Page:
PIES Cancer Hypothesis
E-Cancer June 2018
2. CTO (Springer nature initiative ): “Do locally advanced and metastatic human epithelial cancers evolve in ‘placental/decidual-like microenvironments’?” in Clinical and Translational Oncology.
1. Genomics paper: “Placental immune editing switch (PIES): learning about immunomodulatory pathways from a unique case report”
Oncotarget. 2016; 7:83817-83827. https://doi.org/10.18632/oncotarget.13306
Miguel H. Bronchud1, Francesc Tresserra2, Wenjie Xu3, Sarah Warren3, Maite Cusido4, Bernat Zantop5, Ana Claudia Zenclussen6 and Alessandra Cesano3
1 Institut Bellmunt Oncologia, Hospital Universitario Dexeus. Grupo Quirón Salud, Barcelona, Spain
2 Servei Anatomia Patològica, Hospital Universitario Dexeus. Grupo Quirón Salud, Barcelona, Spain
3 Nanostring Technologies, Immune Oncology, Seattle, WA, USA
4 Ginecologia Oncològica, Hospital Universitario Dexeus. Grupo Quirón Salud, Barcelona, Spain
5 Servei Obstetricia i Neonatologia, Hospital Universitario Dexeus. Grupo Quirón Salud, Barcelona, Spain
6 Experimental Obstetrics and Gynecology, Medical Faculty, Otto-von-Guericke University Magdeburg, Magdeburg, Germany
Miguel H. Bronchud, email: email@example.com
Keywords: materno-fetal tolerance, cancer microenvironment, placental microenvironment, immune vigilance, carcinogenesis
Received: July 11, 2016 Accepted: October 25, 2016 Published: November 11, 2016
The hypothesis of this work is that, in order to escape the natural immune surveillance mechanisms, cancer cells and the surrounding microenvironment might express ectopically genes that are physiologically present in the placenta to mediate fetal immune-tolerance. These natural “placental immune-editing switch” mechanisms (PIES) may represent the result of millions of years of mammalian evolution developed to allow materno-fetal tolerance. Here, we introduce genes of the immune regulatory pathways that are either similarly over- or under-expressed in tumor vs normal tissue. Our analysis was carried out in primary breast cancer with metastatic homolateral axillary lymph nodes as well as placenta tissue (both uterine decidual tissue and term placenta tissue) from a pregnant woman. Gene expression profiling of paired non-self and self tissues (i.e. placenta/uterus; breast cancer/normal breast tissue; metastatic lymphnode/normal lymphnode tissue) was performed using the PanCancer Immune gene panel, a 770 Nanostring gene expression panel. Our findings reveal overlapping in specific immune gene expression in placenta and cancer tissue, suggesting that these genes might play an important role in maintaining immune tolerance both physiologically (in the placenta) and pathologically (in the cancer setting).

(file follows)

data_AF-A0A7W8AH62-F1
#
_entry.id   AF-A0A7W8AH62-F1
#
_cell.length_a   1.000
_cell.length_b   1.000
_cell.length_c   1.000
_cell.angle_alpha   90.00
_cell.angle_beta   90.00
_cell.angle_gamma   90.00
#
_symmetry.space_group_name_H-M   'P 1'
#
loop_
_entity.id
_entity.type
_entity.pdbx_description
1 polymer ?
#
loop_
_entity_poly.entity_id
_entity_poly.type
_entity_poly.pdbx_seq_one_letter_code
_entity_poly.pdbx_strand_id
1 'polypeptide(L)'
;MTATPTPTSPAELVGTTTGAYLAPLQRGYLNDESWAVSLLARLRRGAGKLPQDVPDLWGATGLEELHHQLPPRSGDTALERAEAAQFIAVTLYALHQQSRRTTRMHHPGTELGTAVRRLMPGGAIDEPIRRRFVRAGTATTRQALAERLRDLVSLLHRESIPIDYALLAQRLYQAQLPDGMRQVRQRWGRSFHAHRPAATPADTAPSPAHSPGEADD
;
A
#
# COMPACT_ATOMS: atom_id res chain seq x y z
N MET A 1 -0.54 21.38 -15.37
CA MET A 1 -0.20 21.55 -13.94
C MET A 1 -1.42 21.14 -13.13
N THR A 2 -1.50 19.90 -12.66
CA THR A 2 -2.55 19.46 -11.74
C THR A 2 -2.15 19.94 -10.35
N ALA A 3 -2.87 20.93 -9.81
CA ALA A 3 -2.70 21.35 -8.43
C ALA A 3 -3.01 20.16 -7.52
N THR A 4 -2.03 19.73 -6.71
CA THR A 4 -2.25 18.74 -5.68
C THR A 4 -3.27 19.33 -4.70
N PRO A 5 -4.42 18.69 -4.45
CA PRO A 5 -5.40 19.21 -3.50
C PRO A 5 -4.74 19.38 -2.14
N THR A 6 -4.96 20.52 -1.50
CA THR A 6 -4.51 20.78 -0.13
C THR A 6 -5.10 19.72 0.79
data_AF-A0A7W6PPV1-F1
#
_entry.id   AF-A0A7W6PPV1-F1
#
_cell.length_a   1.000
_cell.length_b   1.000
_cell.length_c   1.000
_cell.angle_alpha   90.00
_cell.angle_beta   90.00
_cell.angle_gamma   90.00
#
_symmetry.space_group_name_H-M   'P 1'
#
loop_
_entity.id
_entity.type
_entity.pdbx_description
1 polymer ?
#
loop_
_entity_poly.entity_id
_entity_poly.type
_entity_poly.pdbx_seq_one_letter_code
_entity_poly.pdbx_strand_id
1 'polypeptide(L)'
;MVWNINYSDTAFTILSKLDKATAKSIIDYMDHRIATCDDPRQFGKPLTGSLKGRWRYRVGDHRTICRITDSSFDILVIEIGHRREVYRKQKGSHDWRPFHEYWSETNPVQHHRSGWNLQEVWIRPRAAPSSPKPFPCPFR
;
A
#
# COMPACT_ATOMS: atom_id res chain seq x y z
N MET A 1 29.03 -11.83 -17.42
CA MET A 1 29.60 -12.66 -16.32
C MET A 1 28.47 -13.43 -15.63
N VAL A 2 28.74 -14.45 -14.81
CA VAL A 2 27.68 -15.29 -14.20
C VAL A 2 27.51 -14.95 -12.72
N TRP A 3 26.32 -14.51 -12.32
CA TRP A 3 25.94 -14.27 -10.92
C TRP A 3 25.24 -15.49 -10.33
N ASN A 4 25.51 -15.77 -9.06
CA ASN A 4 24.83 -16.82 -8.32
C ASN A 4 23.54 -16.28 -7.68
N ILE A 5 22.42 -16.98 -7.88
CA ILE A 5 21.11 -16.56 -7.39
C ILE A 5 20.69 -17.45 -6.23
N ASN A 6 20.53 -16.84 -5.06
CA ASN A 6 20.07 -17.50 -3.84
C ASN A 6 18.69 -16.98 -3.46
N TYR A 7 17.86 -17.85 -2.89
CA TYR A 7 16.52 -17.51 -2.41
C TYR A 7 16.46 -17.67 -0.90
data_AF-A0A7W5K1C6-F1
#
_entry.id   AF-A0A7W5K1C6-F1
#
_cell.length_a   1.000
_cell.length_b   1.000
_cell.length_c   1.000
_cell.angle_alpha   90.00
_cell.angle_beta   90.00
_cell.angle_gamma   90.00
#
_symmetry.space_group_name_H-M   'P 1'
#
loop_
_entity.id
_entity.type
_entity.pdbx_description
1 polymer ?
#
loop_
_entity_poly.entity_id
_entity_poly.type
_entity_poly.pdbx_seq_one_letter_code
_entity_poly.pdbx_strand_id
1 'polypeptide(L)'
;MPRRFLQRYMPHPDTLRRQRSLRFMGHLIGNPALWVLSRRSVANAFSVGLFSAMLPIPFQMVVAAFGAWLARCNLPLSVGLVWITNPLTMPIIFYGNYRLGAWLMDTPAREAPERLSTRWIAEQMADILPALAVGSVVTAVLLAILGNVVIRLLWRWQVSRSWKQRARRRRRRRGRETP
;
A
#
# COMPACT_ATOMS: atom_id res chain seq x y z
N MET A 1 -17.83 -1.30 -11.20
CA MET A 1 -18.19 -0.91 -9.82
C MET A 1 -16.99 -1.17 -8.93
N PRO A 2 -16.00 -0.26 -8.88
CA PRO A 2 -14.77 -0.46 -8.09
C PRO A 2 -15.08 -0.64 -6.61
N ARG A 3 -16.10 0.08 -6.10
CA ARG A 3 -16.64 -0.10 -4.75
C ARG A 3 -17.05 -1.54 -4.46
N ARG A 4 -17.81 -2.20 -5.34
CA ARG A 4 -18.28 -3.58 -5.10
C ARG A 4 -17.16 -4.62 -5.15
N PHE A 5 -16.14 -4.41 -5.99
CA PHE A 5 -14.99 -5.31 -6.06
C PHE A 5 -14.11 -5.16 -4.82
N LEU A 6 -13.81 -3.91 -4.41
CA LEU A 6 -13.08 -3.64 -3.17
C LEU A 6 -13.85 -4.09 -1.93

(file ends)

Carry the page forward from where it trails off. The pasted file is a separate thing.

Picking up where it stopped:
2. Epigenetic Paper: “Epigenetic changes found in uterine decidual and placental tissues can also be found in the breast cancer microenvironment of the same unique patient: description and potential interpretations”. By Miguel H. Bronchud, Francesc Tresserra, and Bernat Serra Zantop.https://www.ncbi.nlm.nih.gov/pmc/articles/PMC5814192/#__ffn_sectitle Here we report the first epigenomic analysis of these tissue samples and describe their main findings, with respect to immune related genes regulation (over or under expressed) in cancer cells with regards placental tissues. We confirm significant similarities, and hierarchical clustering (both unsupervised and supervised), in CpG island methylation patterns between decidual/placental and cancer microenvironments, which cannot be easily explained by simple models or unique pathways. Several different cell types are probably involved in these complex immune regulation mechanisms. Cancers may somehow “hijack” gene programs evolved over millions of years to allow for feto-maternal tolerance in placental mammals in order to escape from immune vigilance and spread locally or to distant sites.
3. Immunology Abstracts as published in Journal of Clinical Oncology at ASCO-2017/ http://ascopubs.org/doi/abs/10.1200/JCO.2017.35.7_suppl.13